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Tribes present their case

Published Dec 14, 2003


Klamath Tribal Chairman Allen Foreman faced a mostly skeptical crowd of about 150 people Saturday in Klamath Falls as he made a case for re-establishing the Tribes' reservation that was abolished by the federal government nearly 50 years ago.

About 100 people demonstrated outside to protest the idea, while plain-clothes police officers sat among the crowd inside. The gathering inside included about 30 tribal members.

While the mood was tense at times, the meeting was orderly and concluded abruptly.

Speaking to a crowd packed inside the Mabel Liskey Henzel Pavilion, Foreman outlined why the Tribes want 690,000 acres of national forest land, and how they would manage it.

Foreman said federal termination in 1954 devastated the Klamath Tribes, which he said had been one of the most prosperous tribes in the country.

"It was like a plague," he said.

Allen Foreman, chairman of the Klamath Tribes, explains why the Tribes want to have a reservation re-established to about 150 people who packed Mabel Liskey Pavilion Saturday afternoon.

Donald Wharton, an attorney with the Native American Rights Fund in Boulder, Colo., said the Tribes want the land for spiritual, cultural and legal reasons.

"At the heart of what the Tribes are talking about is a legal issue," he said. "The rectification of a historic wrong."

Wharton has been working with the Klamath Tribes off and on for different organizations since 1973.

Foreman went through about 55 questions that were brought up repeatedly at the two previous meetings - in Beatty on Nov. 10 and in Chiloquin on Nov. 12.

The questions ranged from queries about access to concerns about the effect on private land.

Foreman said the Tribes are not looking to take over land that is private property.

"The Tribes would not do to others the injustice they felt was done to them," he said.

Many unanswered questions, especially those specific to resource management, should be addressed by the Tribes' forest management plan, Foreman said.

The 116-page plan should be on the Tribes' Web site by Thursday, and copies will be available at libraries around the Klamath Basin.

"The plan is field-based. The people working on it actually went out and walked the land," he said.

The existence of the Tribes, Foreman said, depends on the natural resources within the old reservation boundaries, and that is why they want the land back.

"We've attempted to co-manage the forest with the Forest Service, but it has been a dismal failure," he said.

After his presentation, Foreman opened the meeting to questions.

Many people who are becoming familiar faces at the Tribes' public meetings raised their hands with questions.

One of them was James "Mountain Chief" Sanderville, a tribal member who has used the meetings to question the Tribes' leadership.

When he first tried to ask a question Saturday he was asked to wait his turn. Some in the crowd shouted for him to get a chance to speak, while others told him to sit down.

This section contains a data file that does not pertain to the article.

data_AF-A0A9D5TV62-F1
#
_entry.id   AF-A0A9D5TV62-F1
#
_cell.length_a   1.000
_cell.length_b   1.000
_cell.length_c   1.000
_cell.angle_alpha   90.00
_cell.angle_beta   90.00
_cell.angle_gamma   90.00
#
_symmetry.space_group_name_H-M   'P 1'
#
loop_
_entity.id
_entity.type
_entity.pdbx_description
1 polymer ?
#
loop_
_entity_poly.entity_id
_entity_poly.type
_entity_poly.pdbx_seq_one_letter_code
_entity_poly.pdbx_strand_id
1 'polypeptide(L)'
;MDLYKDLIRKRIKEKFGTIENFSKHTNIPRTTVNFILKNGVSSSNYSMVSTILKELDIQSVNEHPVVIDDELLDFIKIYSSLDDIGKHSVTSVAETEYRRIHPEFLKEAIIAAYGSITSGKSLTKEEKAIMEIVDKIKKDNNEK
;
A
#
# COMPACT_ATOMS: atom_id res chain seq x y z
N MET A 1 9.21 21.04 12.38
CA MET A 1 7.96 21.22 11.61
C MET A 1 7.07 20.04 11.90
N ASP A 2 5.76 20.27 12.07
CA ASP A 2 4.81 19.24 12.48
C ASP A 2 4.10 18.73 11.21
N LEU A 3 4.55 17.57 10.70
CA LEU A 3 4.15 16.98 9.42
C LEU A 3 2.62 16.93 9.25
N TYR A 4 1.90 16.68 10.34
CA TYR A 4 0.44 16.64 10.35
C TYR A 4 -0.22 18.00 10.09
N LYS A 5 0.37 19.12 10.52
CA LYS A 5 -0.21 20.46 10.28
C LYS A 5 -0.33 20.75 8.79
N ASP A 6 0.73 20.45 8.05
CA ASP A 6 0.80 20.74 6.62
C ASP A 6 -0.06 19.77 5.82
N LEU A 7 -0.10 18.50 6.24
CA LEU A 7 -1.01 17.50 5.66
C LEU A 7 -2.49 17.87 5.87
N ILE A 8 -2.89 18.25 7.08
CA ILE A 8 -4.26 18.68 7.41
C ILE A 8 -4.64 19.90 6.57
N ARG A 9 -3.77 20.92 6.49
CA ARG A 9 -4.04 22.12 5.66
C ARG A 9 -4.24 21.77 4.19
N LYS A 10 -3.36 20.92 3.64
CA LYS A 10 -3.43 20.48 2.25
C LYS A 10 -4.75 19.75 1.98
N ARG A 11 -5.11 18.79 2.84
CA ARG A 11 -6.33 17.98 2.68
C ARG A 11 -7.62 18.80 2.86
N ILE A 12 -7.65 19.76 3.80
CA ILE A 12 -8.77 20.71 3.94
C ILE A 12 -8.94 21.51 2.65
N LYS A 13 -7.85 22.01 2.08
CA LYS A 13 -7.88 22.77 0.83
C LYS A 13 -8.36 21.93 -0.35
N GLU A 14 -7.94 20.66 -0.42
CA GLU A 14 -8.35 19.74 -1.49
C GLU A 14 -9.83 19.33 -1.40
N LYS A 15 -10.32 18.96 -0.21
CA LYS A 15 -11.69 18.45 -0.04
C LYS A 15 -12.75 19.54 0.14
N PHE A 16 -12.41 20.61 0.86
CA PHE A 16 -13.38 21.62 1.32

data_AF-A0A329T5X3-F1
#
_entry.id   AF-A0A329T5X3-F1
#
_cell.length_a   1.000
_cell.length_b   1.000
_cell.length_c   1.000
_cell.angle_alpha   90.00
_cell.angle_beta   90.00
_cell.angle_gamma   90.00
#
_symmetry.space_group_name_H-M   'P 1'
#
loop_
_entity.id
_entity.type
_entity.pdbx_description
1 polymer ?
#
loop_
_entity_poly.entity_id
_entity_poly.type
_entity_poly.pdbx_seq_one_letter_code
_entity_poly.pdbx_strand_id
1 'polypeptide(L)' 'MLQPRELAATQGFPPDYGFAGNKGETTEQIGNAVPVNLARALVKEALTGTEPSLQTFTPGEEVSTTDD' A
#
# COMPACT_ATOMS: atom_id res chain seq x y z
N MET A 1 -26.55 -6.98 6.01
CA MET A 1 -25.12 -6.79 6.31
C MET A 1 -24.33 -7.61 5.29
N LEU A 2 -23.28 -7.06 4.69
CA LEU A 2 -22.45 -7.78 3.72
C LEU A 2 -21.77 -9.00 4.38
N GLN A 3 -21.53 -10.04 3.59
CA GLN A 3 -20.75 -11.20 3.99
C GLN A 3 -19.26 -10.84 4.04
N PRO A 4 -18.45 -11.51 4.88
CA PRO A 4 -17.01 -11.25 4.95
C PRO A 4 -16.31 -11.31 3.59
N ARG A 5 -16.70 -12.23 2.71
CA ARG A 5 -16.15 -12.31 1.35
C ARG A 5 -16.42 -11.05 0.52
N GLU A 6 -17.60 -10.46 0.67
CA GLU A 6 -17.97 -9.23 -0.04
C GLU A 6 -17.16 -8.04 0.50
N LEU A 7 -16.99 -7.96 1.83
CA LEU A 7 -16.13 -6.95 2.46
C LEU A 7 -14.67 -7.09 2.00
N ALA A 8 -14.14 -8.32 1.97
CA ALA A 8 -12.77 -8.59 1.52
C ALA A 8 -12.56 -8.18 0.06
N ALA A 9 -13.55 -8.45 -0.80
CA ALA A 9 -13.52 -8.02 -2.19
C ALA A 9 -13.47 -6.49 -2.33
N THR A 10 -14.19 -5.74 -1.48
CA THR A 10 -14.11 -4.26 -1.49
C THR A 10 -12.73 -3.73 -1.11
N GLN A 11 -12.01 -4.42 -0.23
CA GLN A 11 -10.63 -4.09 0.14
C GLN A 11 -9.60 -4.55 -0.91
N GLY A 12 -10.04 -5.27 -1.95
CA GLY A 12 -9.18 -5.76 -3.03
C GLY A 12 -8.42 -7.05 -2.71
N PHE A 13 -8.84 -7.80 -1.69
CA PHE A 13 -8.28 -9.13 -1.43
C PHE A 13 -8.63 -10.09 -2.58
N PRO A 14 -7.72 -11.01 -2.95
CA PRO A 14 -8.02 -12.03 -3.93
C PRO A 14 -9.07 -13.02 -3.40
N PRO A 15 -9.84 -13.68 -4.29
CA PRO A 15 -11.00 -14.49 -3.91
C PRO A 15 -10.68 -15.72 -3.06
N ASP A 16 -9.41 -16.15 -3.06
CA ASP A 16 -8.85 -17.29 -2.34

Once it was his turn to speak, Sanderville stood. Again came the dueling calls for him to get a chance for him to get a chance to speak and for him to "sit down and shut up."

After a couple of questions, Sanderville was cut off. Tribal attorney Shayleen Idrogo said his questions and concerns should be brought at the Tribes' General Council meeting and not at the public meeting.

Sanderville concluded his remarks by saying, "Ignorance is dangerous," then walked out of the meeting.

He returned a couple of minutes later with a sign that read "Investigate Tribal Corruption."

Midway through the question-and-answer session, a group of people, mostly some of those who had been protesting outside, left the meeting.

Pat Cane of Sprague River, who held a protest sign during the meeting, stayed, but she didn't like what she heard.

She said she doesn't believe the Tribes should be entitled to receive land they sold to the government.

Janet Walksnice, a tribal member from Klamath Falls, said the meeting was a good start, but there is a lot more education needed.

Walksnice, 31, said re-establishment of a reservation would help her generation and the younger tribal members understand their culture.

"It's a goal for all of us," she said.

Today, tribal officials planned to hold a public meeting in Portland. They will then go to Salem Monday, Eugene Tuesday and Medford Friday. The officials are doing a tour of the I-5 corridor because many tribal members moved there after termination.

Foreman said the Tribes may hold more public meetings in the Basin, although none are scheduled at this time.

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Reporter Dylan Darling covers natural resources. He can be reached at 885-4471, (800) 275-0982, or by e-mail at ddarling@heraldandnews.com.


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